Plan de Guadalupe, 100 Years Later (Spanish)

hands - fistVanguardia, 3/26/2013

In 1913, Francisco I. Madero – who arrived at the presidency after helping put an end to Porfirio Diaz’s dictatorship – had been murdered while Victoria Huerta, former secretary of defense, took power with the support of the United States Embassy in Mexico City. Politicians and local governments faced two options: recognize the new government as legitimate, or reject the usurpation of power and oppose it. The government of Coahuila, through Venustiano Carranza, chose the second.

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Violent crime continues to bedevil Mexico under new leader

Guns by Flickr user barjackPittsburgh Post-Gazette, 1/14/2013

A new surge of killing, kidnapping and extortion is the latest sign that the violent crime wave in Mexico has not subsided since President Enrique Pena Nieto took office and could grow further in the weeks to come, U.S. law enforcement officials say. Fresh intelligence indicates that the paramilitary group known as the Zetas is pushing farther into northern Coahuila and Chihuahua states, threatening to reignite deadly violence in areas bordering Texas, including Ciudad Juárez.

Mexico bar shootings leave nine dead in Coahuila state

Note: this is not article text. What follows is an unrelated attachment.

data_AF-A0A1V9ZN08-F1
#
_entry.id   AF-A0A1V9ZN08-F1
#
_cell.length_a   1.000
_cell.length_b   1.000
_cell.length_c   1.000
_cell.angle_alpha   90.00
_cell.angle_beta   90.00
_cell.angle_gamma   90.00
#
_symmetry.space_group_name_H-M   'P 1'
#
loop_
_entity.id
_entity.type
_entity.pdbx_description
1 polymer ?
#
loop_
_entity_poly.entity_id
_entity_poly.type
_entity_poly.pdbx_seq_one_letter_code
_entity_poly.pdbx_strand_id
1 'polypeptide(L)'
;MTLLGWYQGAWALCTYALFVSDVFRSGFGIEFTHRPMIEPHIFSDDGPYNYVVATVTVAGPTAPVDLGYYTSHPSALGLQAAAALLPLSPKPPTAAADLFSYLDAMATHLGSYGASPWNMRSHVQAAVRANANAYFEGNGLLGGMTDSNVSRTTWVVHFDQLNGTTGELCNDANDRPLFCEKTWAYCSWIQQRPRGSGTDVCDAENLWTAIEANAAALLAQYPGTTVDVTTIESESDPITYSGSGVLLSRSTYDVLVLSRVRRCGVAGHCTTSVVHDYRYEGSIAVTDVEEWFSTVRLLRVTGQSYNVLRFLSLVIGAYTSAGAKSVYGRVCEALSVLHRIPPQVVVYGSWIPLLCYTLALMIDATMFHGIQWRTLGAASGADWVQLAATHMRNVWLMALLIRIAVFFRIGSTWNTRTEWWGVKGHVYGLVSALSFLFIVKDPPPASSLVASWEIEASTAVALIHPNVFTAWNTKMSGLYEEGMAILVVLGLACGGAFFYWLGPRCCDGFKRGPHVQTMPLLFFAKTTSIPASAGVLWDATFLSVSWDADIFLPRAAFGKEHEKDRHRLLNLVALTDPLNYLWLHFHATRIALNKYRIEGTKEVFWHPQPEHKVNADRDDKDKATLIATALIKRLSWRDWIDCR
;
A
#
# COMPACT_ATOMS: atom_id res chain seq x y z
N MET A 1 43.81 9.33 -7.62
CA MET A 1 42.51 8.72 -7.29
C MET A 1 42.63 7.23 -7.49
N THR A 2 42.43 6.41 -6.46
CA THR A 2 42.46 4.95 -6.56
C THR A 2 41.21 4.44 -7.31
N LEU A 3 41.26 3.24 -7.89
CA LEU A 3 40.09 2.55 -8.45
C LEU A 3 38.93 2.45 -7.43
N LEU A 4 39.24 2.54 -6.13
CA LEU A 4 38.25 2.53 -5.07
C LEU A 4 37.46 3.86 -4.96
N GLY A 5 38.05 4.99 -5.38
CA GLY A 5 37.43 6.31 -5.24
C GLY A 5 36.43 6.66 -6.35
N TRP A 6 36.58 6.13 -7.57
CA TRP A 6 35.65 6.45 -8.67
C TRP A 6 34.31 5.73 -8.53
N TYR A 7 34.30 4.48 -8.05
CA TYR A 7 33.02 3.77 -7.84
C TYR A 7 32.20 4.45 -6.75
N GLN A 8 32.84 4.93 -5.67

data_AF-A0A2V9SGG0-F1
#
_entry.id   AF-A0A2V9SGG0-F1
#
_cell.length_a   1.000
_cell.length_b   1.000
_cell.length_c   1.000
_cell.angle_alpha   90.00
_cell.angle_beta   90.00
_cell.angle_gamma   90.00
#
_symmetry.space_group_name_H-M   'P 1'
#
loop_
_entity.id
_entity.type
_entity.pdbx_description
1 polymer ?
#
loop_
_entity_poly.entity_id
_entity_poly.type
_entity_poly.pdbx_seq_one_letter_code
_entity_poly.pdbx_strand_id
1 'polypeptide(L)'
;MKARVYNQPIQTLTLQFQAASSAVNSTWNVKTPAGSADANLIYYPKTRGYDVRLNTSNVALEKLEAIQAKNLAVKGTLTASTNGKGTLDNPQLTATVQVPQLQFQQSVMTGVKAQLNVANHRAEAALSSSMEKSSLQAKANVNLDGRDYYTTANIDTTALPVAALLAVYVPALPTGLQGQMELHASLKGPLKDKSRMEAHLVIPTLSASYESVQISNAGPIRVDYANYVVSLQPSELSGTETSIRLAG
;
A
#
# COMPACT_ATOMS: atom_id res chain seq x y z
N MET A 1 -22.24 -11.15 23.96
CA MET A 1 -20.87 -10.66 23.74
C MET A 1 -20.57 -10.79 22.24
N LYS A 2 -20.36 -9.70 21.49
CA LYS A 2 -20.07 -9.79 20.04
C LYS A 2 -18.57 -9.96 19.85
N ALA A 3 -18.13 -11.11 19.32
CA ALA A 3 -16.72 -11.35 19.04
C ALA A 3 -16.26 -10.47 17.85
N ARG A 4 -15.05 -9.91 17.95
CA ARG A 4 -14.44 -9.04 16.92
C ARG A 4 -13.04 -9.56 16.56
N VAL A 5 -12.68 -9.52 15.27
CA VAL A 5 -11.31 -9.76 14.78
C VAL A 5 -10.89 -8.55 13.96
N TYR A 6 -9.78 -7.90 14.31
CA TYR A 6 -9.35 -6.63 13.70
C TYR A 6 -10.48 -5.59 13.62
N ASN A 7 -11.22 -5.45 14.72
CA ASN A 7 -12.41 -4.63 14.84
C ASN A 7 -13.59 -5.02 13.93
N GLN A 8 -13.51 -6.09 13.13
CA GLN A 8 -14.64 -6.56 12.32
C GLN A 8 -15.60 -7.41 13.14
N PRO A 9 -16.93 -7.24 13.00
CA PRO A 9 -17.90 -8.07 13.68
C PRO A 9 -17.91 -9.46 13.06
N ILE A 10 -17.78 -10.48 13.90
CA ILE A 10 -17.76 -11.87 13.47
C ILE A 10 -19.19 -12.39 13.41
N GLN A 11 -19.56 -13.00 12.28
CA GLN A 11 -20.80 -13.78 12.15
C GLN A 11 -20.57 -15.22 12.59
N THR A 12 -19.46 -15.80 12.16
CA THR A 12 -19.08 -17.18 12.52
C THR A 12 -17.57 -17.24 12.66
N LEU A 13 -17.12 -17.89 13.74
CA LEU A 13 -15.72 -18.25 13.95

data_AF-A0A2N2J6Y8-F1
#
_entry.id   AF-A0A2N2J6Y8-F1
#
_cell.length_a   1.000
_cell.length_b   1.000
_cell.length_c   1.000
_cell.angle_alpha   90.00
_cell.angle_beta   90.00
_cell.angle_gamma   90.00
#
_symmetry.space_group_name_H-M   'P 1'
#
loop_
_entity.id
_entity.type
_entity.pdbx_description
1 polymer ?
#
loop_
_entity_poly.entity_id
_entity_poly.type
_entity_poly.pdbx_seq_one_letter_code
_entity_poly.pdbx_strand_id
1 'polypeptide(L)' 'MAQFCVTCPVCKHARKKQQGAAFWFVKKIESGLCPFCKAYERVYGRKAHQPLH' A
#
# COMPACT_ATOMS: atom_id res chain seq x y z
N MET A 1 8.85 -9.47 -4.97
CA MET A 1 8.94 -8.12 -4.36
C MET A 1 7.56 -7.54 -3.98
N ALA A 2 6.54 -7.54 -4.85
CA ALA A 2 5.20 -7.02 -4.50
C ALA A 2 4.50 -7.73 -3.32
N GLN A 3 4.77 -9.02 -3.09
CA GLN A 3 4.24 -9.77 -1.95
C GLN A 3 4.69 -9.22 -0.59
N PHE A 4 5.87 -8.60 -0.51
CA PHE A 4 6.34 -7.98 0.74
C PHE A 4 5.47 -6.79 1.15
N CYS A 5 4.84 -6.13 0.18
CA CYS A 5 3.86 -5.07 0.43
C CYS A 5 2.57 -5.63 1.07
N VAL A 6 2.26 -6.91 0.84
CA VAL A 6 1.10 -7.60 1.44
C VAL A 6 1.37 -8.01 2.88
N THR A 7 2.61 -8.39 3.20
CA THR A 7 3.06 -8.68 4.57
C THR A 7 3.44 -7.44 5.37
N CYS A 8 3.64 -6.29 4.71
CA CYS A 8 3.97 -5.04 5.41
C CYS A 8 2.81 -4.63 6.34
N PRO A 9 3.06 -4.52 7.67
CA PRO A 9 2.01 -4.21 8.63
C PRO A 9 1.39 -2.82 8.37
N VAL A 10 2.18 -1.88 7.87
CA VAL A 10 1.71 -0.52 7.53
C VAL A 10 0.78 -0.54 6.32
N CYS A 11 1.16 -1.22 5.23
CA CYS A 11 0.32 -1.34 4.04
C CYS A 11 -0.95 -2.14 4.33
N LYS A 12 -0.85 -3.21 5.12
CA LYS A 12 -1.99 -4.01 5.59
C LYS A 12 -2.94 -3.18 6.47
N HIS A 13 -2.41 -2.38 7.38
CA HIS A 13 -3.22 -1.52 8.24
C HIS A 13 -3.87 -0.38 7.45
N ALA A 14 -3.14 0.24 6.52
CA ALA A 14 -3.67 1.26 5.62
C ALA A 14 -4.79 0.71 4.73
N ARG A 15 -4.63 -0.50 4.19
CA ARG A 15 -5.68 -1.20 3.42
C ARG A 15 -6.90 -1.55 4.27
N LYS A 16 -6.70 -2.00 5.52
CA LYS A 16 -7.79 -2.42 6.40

Guns by Flickr user barjackBBC News, 1/6/2013

Heavily armed gunmen in northern Mexico have stormed two bars, killing at least nine people. The attacks happened within minutes of each other in the city of Torreon. Police believe they were carried out by gangs fighting for control of drug trafficking in Coahuila state. No arrests have yet been made, police say. Three other bars were targeted in similar attacks in Torreon in the past few days. Most of the victims were in the Tornado bar and nightclub. Witnesses say armed men burst into the bar in the early hours of Sunday and began shooting randomly. Minutes earlier, a similar shooting had taken place at another bar, called Futuro, in another area of the city. Two people were killed there.

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Mexico Bishop Raul Vera Inspires, Infuriates With Activism

Huffington Post, 12/25/2012

catholic mexicoThe white-haired bishop stepped before some 7,000 faithful gathered in a baseball stadium in this violence-plagued northern border state. He led the gathering through the rituals of his Mass, reciting prayers echoed back by the massive crowd. And then his voice rose. Politicians are tied to organized crime, Bishop Raul Vera bellowed while inaugurating the church’s Year of Faith. Lawmakers’ attempts to curb money laundering are intentionally weak. New labor reforms are a way to enslave Mexican workers.

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Mexico reports capture of alleged Zetas cartel commander

Los Angeles Times, 11/08/2012

An alleged local commander of the Zetas paramilitary cartel in the troubled border state of Coahuila has been captured, the Mexican navy announced Thursday, expressing hope that he might lead authorities to the notorious group’s remaining top leader.

Said Omar Juarez was taken into custody on a prominent street in Saltillo, Coahuila’s capital, the navy said in a statement released as the suspect was presented to reporters in Mexico City. In his possession were weapons and packages containing what may be cocaine and marijuana, the statement said.